February 8, 2019 at 5:00 am
The following is what I found online:
“Only hire an Elder Law attorney for Medicaid and long term care issues.
Medicaid has a maze of complex rules and regulations that most people find almost impossible to understand and navigate. Unless they’re Elder Law practitioners, even attorneys are generally ill-equipped to provide accurate advice about the Medicaid system and the strategies that can properly be used to protect clients’ money, property, or income. Wrong or incomplete advice can cost you a fortune.
As an example, in a number of cases, we have reviewed documents drafted by other law firms that created trusts for clients, which supposedly protected their assets from Medicaid’s “spend down” rules. Unfortunately, we found that the language in these trust agreements allowed the clients access to principal funds, thereby nullifying any protection the trusts might have provided. Trusts established for long-term care planning require very specific, tightly-worded provisions in order to function properly, and to withstand Medicaid scrutiny.
An Elder Law attorney is not the same as an estate planning lawyer. This is a recurrent fallacy, based on a misunderstanding of the difference between Elder and estate law. Elder Law planning seeks to preserve your money, income, and assets, to be used for your benefit and care while you’re still alive. Estate planning focuses on the distribution of your assets, typically in a tax-advantaged manner, after you die.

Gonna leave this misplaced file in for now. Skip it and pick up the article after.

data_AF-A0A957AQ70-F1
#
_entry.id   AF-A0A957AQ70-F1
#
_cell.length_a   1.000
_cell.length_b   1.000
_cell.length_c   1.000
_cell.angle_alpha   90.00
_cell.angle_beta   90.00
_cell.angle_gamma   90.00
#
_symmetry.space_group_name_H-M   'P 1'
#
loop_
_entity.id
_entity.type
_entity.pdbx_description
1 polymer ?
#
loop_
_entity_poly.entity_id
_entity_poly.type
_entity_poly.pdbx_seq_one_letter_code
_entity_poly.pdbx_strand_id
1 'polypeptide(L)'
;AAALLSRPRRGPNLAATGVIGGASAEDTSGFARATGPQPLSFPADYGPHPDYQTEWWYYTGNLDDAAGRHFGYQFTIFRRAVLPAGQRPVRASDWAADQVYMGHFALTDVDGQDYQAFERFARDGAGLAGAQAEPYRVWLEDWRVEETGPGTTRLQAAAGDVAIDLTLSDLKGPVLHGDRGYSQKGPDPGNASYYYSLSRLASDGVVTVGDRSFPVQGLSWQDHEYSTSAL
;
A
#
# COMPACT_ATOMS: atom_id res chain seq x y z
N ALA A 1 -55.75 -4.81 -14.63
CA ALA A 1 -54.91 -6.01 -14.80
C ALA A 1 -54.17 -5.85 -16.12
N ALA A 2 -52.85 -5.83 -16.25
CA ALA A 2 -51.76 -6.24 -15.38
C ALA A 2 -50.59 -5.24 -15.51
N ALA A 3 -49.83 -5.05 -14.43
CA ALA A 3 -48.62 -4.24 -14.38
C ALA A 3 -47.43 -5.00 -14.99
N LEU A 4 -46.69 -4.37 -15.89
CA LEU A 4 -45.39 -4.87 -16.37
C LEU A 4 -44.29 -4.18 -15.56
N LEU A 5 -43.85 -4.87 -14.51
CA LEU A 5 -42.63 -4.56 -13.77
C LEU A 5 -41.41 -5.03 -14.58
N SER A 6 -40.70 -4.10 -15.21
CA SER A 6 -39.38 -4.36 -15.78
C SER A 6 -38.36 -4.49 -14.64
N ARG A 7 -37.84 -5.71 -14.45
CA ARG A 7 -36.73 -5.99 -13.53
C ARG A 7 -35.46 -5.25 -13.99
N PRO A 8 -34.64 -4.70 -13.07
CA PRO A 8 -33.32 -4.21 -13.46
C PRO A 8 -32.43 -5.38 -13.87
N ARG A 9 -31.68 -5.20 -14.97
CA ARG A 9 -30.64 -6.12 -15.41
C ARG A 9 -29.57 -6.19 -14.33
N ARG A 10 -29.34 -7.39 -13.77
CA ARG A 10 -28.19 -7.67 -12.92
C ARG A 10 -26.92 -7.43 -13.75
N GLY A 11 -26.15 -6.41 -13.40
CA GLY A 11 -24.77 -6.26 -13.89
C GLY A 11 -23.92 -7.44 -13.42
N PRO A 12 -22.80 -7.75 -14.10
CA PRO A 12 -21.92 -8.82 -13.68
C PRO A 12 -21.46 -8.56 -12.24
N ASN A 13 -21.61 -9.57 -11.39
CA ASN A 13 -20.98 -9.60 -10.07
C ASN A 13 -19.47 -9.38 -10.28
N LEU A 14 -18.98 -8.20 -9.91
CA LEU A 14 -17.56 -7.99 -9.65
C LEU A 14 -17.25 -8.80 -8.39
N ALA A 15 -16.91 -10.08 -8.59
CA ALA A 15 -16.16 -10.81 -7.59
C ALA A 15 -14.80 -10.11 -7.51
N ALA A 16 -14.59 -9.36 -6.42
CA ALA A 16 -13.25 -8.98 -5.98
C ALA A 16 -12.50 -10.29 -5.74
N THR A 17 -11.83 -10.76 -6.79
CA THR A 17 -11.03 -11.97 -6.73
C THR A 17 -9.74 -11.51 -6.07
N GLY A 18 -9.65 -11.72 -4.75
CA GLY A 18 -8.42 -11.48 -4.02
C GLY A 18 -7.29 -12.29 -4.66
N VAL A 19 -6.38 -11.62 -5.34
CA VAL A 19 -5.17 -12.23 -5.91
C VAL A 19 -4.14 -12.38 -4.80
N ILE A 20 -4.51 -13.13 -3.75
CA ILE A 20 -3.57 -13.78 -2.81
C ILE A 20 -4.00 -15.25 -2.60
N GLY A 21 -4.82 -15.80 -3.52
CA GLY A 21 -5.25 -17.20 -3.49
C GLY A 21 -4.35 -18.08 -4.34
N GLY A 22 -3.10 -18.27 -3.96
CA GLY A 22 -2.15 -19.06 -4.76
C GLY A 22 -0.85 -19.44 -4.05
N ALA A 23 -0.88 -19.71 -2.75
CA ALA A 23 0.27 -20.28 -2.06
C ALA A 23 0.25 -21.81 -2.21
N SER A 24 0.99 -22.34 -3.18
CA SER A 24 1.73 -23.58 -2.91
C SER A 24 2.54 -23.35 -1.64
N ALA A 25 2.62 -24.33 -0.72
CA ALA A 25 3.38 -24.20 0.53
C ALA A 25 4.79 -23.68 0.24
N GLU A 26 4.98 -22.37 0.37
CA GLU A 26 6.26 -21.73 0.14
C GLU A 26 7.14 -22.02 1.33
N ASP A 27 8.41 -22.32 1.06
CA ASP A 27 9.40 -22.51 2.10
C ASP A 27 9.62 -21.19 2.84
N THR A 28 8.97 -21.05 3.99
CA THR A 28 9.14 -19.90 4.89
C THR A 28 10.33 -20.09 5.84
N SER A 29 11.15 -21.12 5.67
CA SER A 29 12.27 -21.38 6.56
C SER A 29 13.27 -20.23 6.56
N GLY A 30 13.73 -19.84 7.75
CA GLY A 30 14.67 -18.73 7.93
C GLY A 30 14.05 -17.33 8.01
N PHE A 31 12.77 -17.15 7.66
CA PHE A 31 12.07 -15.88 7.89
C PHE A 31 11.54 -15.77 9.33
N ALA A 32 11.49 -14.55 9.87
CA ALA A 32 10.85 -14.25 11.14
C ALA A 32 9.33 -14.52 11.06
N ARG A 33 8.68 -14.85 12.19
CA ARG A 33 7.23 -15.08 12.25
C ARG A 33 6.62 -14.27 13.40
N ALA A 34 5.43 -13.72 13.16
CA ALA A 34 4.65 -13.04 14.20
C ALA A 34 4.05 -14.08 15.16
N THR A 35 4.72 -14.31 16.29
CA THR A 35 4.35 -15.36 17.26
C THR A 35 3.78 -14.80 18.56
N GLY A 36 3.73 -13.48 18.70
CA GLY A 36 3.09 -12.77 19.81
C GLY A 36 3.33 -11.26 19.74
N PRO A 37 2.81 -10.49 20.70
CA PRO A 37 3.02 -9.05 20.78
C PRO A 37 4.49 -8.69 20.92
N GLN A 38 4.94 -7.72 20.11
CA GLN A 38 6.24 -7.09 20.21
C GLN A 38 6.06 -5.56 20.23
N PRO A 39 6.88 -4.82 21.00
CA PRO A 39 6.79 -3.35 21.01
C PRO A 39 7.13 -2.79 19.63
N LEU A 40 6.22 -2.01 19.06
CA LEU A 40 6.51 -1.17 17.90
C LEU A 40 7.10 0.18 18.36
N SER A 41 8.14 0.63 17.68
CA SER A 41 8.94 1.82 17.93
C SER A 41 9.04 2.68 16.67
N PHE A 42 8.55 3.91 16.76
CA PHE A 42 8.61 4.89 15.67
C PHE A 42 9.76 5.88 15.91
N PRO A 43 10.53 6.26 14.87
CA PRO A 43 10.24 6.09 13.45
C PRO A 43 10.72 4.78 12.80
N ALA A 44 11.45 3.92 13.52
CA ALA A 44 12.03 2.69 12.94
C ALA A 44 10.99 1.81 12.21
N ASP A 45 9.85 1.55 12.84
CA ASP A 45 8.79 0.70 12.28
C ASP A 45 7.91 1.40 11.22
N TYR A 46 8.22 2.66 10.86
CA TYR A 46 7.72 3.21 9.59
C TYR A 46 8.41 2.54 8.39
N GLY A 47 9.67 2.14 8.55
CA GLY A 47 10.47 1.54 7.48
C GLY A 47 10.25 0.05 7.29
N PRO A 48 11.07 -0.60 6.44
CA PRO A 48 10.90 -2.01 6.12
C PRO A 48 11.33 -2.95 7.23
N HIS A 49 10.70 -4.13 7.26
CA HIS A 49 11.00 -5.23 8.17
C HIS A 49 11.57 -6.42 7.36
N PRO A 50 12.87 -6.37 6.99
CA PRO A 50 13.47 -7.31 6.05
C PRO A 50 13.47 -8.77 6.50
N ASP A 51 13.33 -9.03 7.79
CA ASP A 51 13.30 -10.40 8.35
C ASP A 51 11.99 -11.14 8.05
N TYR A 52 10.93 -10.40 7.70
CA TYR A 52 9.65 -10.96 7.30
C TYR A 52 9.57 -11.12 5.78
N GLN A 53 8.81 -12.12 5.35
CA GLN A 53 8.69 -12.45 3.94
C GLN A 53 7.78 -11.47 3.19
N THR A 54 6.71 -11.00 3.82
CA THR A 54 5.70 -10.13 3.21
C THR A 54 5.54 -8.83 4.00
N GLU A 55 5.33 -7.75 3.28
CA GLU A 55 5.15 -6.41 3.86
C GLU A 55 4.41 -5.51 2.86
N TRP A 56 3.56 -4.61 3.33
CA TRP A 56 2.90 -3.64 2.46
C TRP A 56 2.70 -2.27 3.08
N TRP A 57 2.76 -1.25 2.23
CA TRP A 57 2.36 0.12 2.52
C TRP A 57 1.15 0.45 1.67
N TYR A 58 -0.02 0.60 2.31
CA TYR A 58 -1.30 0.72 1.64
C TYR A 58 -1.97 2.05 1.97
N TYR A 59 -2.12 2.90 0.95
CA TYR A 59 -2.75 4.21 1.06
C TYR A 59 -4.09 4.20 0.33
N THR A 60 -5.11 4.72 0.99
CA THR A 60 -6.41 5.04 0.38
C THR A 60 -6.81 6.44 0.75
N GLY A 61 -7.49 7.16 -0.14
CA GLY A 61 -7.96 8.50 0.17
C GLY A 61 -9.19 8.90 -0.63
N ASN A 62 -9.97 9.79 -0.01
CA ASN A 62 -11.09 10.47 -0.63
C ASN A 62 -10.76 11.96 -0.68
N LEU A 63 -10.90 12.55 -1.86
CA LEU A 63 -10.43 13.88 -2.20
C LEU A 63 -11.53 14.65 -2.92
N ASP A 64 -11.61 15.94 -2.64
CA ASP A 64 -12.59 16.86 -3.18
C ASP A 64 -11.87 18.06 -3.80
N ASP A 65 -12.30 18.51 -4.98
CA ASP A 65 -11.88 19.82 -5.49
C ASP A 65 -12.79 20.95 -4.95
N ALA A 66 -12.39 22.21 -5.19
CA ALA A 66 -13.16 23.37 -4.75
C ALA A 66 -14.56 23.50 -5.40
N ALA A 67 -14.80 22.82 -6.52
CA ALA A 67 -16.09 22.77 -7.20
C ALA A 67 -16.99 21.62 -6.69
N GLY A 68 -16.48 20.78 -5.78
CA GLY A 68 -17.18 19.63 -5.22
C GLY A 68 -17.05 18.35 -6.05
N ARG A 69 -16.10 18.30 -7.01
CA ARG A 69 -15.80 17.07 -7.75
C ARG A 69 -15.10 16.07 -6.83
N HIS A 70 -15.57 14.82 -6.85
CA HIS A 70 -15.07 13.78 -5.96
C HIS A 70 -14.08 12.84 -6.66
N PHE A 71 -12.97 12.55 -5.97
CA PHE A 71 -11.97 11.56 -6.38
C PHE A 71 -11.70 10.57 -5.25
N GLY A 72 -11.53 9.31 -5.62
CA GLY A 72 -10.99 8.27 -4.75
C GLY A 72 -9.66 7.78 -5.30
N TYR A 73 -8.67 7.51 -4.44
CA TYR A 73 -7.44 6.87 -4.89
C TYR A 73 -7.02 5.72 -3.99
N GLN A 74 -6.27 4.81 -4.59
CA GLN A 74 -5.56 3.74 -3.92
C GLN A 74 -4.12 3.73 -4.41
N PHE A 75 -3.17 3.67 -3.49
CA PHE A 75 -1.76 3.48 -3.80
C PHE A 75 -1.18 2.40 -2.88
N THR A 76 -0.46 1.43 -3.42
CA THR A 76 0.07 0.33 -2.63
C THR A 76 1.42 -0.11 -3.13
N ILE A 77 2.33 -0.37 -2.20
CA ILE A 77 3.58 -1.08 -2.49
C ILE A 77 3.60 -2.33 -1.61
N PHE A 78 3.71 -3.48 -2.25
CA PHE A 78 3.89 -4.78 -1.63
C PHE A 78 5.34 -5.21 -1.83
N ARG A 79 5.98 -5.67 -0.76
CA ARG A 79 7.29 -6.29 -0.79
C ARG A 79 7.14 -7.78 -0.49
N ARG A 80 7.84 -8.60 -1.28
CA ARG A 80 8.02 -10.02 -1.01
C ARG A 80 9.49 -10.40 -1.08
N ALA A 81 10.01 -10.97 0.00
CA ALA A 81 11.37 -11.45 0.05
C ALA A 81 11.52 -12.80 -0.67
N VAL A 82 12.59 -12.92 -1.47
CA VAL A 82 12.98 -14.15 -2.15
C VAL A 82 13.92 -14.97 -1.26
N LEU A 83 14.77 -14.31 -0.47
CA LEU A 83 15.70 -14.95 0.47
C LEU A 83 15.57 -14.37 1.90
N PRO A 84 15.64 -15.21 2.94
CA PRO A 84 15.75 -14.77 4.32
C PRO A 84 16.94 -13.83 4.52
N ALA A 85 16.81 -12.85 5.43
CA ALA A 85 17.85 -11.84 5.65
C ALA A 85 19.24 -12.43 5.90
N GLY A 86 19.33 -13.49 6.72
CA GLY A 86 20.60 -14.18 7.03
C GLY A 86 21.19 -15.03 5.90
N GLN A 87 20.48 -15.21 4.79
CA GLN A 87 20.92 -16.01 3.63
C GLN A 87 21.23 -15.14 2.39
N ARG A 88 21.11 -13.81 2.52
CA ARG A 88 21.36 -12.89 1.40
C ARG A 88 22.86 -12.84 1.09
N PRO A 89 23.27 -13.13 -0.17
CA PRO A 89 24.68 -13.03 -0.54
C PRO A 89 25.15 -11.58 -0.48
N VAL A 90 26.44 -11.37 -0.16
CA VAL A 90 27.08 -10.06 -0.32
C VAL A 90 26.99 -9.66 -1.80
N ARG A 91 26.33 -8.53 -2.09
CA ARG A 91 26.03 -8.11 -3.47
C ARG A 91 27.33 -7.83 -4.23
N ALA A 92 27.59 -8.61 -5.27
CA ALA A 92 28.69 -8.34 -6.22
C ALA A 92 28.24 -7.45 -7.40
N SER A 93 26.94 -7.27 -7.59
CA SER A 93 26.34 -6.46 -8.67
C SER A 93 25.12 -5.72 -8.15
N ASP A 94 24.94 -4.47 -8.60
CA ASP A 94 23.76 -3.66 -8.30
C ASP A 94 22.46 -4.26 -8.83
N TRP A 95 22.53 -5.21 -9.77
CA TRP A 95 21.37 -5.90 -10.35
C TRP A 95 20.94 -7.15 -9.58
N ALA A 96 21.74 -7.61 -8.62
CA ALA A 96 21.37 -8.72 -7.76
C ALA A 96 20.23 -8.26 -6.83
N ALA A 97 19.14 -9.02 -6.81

While Elder Law strategies often involve estate and tax planning, the two practices are different. If you need a long-term home or nursing facility care, your needs will best be served by an Elder Law attorney.
One other important consideration: an Elder Law firm will have unique and in-depth insight into the rights of senior citizens. For example, in one case we handled, a major bank had convinced a client to put a substantial sum into an annuity. This particular investment was totally inappropriate for an elderly person in his particular financial circumstances.
Normally, once money is placed in an annuity of the sort our client invested in, most of the cash cannot be withdrawn for several years without incurring a penalty. However, we contacted the bank and informed them that our client needed his money for Elder Law planning. We explained our position that the bank’s recommendation was improper, and asked for the funds to be returned to our client without any withdrawal penalty. The bank complied without a fight.
In another case, our client had accumulated thousands of dollars in credit card debt. We believe it is completely inappropriate for credit card companies to solicit elderly people with certain economic profiles as customers. In this instance, we were able to give the client advice that rapidly resolved her debt issues.
The moral of these stories: there’s no substitute for getting the right advice.”
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